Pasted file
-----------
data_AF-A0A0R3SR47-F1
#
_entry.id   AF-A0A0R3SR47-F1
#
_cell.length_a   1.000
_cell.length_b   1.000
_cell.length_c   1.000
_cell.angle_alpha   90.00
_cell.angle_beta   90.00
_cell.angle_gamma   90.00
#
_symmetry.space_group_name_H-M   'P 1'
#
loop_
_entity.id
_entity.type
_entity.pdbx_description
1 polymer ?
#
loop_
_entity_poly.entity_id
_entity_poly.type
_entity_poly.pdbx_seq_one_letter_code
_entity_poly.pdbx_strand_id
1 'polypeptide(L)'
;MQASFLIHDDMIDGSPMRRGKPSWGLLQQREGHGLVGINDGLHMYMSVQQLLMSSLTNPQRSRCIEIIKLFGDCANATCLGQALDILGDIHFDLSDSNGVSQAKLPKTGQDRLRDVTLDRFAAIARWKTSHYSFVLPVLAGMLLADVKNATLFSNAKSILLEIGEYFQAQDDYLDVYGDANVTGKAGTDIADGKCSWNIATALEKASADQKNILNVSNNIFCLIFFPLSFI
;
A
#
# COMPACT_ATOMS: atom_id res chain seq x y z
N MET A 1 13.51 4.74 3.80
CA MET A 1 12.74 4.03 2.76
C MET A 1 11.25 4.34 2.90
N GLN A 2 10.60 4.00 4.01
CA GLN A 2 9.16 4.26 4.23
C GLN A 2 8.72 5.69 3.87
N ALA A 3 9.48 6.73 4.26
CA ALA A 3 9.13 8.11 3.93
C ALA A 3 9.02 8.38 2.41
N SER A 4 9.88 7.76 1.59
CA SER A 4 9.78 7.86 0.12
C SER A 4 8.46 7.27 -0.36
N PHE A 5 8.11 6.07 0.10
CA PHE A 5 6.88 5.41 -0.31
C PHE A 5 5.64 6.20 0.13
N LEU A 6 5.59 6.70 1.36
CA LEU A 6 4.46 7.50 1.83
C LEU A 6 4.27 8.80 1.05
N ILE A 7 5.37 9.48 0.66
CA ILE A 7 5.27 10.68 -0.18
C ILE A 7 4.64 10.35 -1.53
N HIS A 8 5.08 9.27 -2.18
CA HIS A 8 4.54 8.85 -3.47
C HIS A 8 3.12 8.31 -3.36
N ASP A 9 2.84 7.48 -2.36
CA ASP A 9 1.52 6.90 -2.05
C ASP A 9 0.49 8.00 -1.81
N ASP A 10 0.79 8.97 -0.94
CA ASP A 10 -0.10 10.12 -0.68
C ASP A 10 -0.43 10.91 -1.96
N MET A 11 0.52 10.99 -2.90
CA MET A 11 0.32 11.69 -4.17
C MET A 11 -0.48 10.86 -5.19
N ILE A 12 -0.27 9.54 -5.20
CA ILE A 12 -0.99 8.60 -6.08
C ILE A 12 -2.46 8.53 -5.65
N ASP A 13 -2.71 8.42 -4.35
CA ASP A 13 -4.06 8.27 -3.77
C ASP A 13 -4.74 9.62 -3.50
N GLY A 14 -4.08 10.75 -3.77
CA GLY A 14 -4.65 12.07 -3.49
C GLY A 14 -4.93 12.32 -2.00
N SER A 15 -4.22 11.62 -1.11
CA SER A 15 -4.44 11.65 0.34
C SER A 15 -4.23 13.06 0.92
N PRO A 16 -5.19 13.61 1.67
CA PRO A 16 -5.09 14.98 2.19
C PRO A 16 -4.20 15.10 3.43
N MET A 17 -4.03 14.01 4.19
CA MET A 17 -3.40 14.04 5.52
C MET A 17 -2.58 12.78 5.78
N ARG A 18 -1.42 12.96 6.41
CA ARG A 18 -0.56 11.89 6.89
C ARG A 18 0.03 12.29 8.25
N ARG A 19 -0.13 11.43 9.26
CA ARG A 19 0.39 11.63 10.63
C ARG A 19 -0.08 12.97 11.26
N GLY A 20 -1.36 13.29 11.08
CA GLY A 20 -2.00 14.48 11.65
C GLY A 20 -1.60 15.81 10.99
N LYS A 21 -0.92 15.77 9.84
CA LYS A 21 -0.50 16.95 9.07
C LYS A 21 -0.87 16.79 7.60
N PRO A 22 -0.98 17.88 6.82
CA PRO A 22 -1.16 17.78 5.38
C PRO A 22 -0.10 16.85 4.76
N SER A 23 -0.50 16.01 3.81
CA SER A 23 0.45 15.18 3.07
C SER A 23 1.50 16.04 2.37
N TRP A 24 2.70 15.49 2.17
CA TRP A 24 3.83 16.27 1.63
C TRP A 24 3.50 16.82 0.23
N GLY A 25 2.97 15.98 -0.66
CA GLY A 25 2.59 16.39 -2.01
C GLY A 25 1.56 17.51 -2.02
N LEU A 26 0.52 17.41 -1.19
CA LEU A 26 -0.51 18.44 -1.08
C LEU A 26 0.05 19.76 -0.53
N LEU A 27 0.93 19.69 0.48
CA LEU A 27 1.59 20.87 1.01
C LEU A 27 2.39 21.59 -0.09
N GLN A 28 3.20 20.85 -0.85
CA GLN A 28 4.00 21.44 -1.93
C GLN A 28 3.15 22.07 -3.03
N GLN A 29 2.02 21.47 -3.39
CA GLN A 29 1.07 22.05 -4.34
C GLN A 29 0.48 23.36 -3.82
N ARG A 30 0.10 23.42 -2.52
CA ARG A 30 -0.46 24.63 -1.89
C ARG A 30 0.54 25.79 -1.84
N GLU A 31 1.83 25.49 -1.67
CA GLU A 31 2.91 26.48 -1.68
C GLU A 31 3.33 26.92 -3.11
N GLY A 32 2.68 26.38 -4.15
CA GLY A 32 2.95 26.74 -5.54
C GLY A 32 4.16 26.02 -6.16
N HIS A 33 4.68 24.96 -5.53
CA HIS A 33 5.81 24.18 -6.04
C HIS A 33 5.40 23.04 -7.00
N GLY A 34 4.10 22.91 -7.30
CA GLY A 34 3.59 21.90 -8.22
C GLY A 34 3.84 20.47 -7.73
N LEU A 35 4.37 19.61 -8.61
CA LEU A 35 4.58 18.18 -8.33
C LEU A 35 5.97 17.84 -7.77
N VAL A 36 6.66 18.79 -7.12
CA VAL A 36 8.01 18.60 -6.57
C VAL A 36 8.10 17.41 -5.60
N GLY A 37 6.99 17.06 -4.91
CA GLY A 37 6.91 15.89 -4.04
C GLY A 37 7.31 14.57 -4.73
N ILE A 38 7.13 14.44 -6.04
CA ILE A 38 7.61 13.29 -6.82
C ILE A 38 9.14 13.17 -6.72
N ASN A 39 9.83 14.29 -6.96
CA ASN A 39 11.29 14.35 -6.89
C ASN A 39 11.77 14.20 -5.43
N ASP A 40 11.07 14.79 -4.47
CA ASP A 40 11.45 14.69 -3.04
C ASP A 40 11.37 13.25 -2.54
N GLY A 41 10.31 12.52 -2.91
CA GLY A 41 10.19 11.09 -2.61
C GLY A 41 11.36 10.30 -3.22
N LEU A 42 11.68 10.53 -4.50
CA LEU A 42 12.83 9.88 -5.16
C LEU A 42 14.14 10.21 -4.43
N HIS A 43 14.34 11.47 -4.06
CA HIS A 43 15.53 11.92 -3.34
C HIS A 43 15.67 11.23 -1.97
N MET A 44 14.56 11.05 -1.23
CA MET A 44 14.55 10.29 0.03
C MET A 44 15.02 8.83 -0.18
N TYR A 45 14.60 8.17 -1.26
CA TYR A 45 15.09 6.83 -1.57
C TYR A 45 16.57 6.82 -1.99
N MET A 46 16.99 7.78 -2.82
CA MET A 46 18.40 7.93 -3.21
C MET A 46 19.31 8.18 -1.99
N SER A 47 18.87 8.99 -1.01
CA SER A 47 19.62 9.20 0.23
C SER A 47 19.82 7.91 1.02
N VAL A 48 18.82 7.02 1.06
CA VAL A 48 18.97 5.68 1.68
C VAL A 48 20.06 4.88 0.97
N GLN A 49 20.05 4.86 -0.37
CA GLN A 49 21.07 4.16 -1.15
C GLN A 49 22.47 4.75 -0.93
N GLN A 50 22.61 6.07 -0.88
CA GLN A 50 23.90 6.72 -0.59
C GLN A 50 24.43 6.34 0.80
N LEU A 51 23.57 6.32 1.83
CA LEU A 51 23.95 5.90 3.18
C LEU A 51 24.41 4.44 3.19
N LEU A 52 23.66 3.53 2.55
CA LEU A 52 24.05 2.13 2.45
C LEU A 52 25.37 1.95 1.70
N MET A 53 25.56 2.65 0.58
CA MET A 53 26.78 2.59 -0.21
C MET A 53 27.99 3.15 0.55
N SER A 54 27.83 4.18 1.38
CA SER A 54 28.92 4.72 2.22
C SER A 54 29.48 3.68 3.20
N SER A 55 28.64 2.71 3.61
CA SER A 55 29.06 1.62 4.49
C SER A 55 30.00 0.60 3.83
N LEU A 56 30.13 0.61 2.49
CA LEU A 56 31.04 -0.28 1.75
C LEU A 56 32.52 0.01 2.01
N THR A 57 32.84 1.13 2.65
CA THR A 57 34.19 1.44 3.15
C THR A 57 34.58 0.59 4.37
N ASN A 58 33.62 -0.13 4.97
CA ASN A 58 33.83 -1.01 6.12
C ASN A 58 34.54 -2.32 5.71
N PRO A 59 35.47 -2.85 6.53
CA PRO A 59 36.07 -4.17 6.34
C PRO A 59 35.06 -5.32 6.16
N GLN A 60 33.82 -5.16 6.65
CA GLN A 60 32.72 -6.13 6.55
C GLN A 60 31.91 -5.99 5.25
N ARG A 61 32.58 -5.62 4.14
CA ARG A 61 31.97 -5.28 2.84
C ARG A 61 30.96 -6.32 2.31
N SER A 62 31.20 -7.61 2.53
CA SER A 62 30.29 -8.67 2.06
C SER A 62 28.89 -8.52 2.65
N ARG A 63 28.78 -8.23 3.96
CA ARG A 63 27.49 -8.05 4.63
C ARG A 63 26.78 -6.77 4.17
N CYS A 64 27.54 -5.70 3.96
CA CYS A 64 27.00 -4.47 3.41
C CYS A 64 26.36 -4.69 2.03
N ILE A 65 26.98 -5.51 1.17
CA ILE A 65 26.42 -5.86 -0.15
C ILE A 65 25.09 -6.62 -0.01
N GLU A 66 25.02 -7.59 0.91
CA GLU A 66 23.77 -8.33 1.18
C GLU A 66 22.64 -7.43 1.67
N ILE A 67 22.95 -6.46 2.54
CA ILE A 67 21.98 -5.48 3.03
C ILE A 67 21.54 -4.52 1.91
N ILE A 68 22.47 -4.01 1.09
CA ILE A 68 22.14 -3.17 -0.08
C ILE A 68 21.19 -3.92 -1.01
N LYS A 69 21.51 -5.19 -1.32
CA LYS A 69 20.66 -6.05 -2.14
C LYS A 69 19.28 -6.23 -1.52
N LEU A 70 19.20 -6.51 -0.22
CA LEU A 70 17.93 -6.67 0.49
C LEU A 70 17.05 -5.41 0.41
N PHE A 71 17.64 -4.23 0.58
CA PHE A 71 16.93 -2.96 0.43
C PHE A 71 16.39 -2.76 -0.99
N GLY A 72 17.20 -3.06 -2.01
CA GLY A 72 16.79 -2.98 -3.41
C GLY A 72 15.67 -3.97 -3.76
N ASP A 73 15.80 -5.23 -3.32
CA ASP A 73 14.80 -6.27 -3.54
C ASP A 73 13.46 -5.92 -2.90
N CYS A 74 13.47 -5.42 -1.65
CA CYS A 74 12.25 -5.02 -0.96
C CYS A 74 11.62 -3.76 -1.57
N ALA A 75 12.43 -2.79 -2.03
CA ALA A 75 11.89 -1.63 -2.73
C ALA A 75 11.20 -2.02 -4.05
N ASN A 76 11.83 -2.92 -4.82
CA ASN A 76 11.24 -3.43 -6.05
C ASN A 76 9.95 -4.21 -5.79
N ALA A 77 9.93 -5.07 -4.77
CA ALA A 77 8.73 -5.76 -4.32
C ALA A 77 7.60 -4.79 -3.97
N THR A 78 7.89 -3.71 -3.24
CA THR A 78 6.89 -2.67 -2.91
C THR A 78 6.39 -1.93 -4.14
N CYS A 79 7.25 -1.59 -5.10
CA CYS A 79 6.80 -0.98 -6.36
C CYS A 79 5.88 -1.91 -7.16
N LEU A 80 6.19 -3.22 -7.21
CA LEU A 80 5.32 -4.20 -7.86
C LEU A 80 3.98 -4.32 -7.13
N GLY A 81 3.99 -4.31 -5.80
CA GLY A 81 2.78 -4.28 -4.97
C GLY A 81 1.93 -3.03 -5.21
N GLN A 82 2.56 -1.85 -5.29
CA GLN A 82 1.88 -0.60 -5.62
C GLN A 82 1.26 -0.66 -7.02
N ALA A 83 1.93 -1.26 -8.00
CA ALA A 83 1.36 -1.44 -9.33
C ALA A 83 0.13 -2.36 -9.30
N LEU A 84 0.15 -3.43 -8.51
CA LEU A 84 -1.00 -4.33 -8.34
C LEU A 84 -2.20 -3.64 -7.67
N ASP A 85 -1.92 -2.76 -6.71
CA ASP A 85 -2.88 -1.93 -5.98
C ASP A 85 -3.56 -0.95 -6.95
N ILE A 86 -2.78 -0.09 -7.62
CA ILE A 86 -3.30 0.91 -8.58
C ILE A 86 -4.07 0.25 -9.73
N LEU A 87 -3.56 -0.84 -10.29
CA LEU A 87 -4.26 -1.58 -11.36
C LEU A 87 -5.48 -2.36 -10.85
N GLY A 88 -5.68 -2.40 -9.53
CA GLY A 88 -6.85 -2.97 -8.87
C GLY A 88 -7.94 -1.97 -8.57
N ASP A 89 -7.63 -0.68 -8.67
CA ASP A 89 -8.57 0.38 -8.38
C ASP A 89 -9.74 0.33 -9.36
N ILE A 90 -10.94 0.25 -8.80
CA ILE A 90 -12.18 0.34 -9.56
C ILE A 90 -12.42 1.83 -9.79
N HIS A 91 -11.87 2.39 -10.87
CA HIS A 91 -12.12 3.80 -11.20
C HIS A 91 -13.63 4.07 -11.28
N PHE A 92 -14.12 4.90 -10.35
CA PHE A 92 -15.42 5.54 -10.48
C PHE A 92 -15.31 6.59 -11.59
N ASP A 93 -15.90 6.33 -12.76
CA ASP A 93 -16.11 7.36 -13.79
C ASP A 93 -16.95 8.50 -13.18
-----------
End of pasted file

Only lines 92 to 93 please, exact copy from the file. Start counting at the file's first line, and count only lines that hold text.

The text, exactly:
CA LYS A 21 -0.50 16.95 9.07
C LYS A 21 -0.87 16.79 7.60